Hannibal's night time antics: Livy's use of 'The Night' in the third decade to present military operations, develop moral exampla, and examine Rome's past.
Degree GrantorUniversity of Canterbury
Degree NameMaster of Arts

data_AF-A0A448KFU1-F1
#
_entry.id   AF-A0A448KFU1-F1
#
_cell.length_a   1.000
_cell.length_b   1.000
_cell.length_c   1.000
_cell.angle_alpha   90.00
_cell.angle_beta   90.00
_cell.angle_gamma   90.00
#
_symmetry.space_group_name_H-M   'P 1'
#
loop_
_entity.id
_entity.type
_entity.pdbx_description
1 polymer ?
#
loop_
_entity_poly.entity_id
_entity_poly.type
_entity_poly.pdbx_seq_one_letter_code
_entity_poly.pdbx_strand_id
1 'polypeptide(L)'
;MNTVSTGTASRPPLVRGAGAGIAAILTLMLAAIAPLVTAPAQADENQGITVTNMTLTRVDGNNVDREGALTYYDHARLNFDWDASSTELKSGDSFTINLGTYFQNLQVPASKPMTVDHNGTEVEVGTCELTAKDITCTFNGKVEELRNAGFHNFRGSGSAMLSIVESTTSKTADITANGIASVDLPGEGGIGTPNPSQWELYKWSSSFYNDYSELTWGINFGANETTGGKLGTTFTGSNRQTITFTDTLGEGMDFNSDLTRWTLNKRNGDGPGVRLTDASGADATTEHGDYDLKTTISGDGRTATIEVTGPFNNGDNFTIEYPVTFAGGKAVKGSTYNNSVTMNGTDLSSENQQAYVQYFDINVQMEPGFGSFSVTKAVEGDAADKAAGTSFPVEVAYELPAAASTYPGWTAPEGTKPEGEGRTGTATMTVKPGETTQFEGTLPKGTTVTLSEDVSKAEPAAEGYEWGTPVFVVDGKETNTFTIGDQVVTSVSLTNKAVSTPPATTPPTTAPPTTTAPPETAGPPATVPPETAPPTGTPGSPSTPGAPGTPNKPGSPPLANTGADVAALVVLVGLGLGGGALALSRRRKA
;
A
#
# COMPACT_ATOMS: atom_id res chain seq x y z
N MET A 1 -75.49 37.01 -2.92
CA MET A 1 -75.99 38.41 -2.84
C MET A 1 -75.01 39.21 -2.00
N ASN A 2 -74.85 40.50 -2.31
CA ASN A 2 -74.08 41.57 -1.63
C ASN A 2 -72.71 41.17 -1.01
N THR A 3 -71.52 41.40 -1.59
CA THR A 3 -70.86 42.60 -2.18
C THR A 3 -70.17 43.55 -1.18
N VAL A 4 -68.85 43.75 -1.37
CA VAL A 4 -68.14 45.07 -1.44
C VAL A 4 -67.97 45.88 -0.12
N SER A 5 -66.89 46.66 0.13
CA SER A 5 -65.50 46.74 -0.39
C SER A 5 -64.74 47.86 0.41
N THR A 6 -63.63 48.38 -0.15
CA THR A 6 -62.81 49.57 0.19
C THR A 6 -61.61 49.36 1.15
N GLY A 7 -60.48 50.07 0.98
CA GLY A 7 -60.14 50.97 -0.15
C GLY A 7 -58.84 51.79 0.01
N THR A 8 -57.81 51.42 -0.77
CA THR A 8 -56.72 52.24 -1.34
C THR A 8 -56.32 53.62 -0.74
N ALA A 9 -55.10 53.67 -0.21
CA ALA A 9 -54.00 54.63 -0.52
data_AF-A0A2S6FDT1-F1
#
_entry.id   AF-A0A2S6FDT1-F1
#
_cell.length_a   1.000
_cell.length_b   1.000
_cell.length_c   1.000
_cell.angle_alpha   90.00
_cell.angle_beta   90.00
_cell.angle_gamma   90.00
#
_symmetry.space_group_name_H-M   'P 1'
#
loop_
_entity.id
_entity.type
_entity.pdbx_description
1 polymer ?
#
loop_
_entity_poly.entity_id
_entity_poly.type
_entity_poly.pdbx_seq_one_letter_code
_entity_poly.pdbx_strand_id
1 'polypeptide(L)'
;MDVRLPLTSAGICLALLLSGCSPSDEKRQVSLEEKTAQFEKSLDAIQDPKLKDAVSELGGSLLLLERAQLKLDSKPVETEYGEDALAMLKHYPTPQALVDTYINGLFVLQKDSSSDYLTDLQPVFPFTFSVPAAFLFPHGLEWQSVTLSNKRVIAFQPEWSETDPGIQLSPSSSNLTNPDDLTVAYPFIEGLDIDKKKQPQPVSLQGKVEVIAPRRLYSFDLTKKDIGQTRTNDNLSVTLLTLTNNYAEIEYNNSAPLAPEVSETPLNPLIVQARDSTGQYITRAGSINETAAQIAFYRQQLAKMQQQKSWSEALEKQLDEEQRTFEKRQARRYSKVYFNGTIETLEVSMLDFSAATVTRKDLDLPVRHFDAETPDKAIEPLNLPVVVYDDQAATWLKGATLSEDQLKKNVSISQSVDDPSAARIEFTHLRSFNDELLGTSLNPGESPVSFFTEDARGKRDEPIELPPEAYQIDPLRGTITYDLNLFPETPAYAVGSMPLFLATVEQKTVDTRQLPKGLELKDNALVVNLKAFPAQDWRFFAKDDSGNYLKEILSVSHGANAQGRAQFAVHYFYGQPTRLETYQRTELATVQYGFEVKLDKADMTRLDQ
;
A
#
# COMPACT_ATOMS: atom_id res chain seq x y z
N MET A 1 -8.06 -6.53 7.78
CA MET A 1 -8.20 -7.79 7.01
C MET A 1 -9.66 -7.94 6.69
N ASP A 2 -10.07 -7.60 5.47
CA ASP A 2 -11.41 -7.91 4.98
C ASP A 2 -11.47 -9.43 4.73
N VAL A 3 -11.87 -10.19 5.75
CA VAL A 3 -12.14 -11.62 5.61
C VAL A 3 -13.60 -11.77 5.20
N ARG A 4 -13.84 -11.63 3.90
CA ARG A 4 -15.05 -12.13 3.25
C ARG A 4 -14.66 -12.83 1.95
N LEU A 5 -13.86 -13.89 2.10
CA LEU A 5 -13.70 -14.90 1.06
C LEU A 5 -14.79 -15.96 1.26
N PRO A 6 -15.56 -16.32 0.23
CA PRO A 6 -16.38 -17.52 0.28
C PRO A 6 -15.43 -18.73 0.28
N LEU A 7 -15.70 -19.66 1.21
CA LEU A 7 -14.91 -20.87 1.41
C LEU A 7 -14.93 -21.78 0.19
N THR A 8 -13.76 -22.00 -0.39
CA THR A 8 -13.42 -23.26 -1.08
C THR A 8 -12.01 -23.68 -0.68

It has generally been thought that Hannibal was a hostile individual and despised in Roman society because of his non-Roman status and his apparent tendency to be deceptive, cruel and savage. Yet, our understanding of Hannibal as a character is limited. This thesis attempts to address his characterisation through an examination of his night-time military exploits, and argue that our knowledge of Hannibal can be expanded upon by examining how Livy characterised Hannibal in his account of the Second Punic War. Furthermore, this thesis takes a fresh approach to Hannibal’s characterisation, considering Livy’s use of ‘the night’ in association with military activity, and revealing that Hannibal displayed traits that the Romans themselves valued. Thus, Hannibal’s character is developed through a nocturnal military setting, and he becomes comparable to Rome’s finest generals, including Fabius Maximus, Marcellus and Scipio Africanus. Similarly, it is also shown that he exhibited Roman military virtus in place of the traits traditionally thought to be synonymous with the non-Roman. By analysing the character of Hannibal in this manner, we reveal that in Roman thought he was an ambiguous character, whilst simultaneously highlighting how the Romans both perceived and used the night within the context of the army.